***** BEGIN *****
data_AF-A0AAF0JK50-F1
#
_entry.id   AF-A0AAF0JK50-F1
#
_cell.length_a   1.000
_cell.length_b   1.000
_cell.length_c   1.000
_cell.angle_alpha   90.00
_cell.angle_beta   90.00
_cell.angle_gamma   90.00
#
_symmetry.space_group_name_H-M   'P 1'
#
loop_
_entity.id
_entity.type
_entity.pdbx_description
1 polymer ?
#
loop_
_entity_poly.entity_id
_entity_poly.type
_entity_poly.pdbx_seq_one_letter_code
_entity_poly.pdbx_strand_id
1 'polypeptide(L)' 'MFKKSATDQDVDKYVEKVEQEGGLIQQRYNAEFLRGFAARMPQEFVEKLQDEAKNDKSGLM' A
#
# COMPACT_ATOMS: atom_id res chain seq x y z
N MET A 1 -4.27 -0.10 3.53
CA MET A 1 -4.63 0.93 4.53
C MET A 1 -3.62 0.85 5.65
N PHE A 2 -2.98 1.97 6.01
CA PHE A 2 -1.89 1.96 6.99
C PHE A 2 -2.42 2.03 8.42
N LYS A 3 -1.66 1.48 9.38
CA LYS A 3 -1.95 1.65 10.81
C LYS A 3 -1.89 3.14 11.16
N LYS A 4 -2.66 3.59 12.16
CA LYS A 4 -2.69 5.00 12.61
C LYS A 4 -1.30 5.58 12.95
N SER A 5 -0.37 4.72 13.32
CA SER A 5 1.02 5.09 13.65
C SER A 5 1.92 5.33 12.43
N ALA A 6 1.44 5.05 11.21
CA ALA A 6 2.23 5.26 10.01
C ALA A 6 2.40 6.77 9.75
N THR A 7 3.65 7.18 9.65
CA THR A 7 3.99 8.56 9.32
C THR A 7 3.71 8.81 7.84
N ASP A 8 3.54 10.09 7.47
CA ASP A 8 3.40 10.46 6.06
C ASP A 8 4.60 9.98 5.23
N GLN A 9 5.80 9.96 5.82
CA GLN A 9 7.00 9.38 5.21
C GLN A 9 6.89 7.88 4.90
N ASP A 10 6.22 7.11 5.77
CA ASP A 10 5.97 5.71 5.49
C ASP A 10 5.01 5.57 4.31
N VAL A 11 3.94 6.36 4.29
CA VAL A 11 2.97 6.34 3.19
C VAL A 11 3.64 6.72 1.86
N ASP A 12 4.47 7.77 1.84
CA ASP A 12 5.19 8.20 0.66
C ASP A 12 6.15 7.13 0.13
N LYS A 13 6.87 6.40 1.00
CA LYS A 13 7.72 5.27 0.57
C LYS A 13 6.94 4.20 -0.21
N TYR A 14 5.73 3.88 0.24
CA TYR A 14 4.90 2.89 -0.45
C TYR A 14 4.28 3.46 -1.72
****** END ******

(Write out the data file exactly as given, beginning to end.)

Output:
data_AF-A0AAF0JK50-F1
#
_entry.id   AF-A0AAF0JK50-F1
#
_cell.length_a   1.000
_cell.length_b   1.000
_cell.length_c   1.000
_cell.angle_alpha   90.00
_cell.angle_beta   90.00
_cell.angle_gamma   90.00
#
_symmetry.space_group_name_H-M   'P 1'
#
loop_
_entity.id
_entity.type
_entity.pdbx_description
1 polymer ?
#
loop_
_entity_poly.entity_id
_entity_poly.type
_entity_poly.pdbx_seq_one_letter_code
_entity_poly.pdbx_strand_id
1 'polypeptide(L)' 'MFKKSATDQDVDKYVEKVEQEGGLIQQRYNAEFLRGFAARMPQEFVEKLQDEAKNDKSGLM' A
#
# COMPACT_ATOMS: atom_id res chain seq x y z
N MET A 1 -4.27 -0.10 3.53
CA MET A 1 -4.63 0.93 4.53
C MET A 1 -3.62 0.85 5.65
N PHE A 2 -2.98 1.97 6.01
CA PHE A 2 -1.89 1.96 6.99
C PHE A 2 -2.42 2.03 8.42
N LYS A 3 -1.66 1.48 9.38
CA LYS A 3 -1.95 1.65 10.81
C LYS A 3 -1.89 3.14 11.16
N LYS A 4 -2.66 3.59 12.16
CA LYS A 4 -2.69 5.00 12.61
C LYS A 4 -1.30 5.58 12.95
N SER A 5 -0.37 4.72 13.32
CA SER A 5 1.02 5.09 13.65
C SER A 5 1.92 5.33 12.43
N ALA A 6 1.44 5.05 11.21
CA ALA A 6 2.23 5.26 10.01
C ALA A 6 2.40 6.77 9.75
N THR A 7 3.65 7.18 9.65
CA THR A 7 3.99 8.56 9.32
C THR A 7 3.71 8.81 7.84
N ASP A 8 3.54 10.09 7.47
CA ASP A 8 3.40 10.46 6.06
C ASP A 8 4.60 9.98 5.23
N GLN A 9 5.80 9.96 5.82
CA GLN A 9 7.00 9.38 5.21
C GLN A 9 6.89 7.88 4.90
N ASP A 10 6.22 7.11 5.77
CA ASP A 10 5.97 5.71 5.49
C ASP A 10 5.01 5.57 4.31
N VAL A 11 3.94 6.36 4.29
CA VAL A 11 2.97 6.34 3.19
C VAL A 11 3.64 6.72 1.86
N ASP A 12 4.47 7.77 1.84
CA ASP A 12 5.19 8.20 0.66
C ASP A 12 6.15 7.13 0.13
N LYS A 13 6.87 6.40 1.00
CA LYS A 13 7.72 5.27 0.57
C LYS A 13 6.94 4.20 -0.21
N TYR A 14 5.73 3.88 0.24
CA TYR A 14 4.90 2.89 -0.45
C TYR A 14 4.28 3.46 -1.72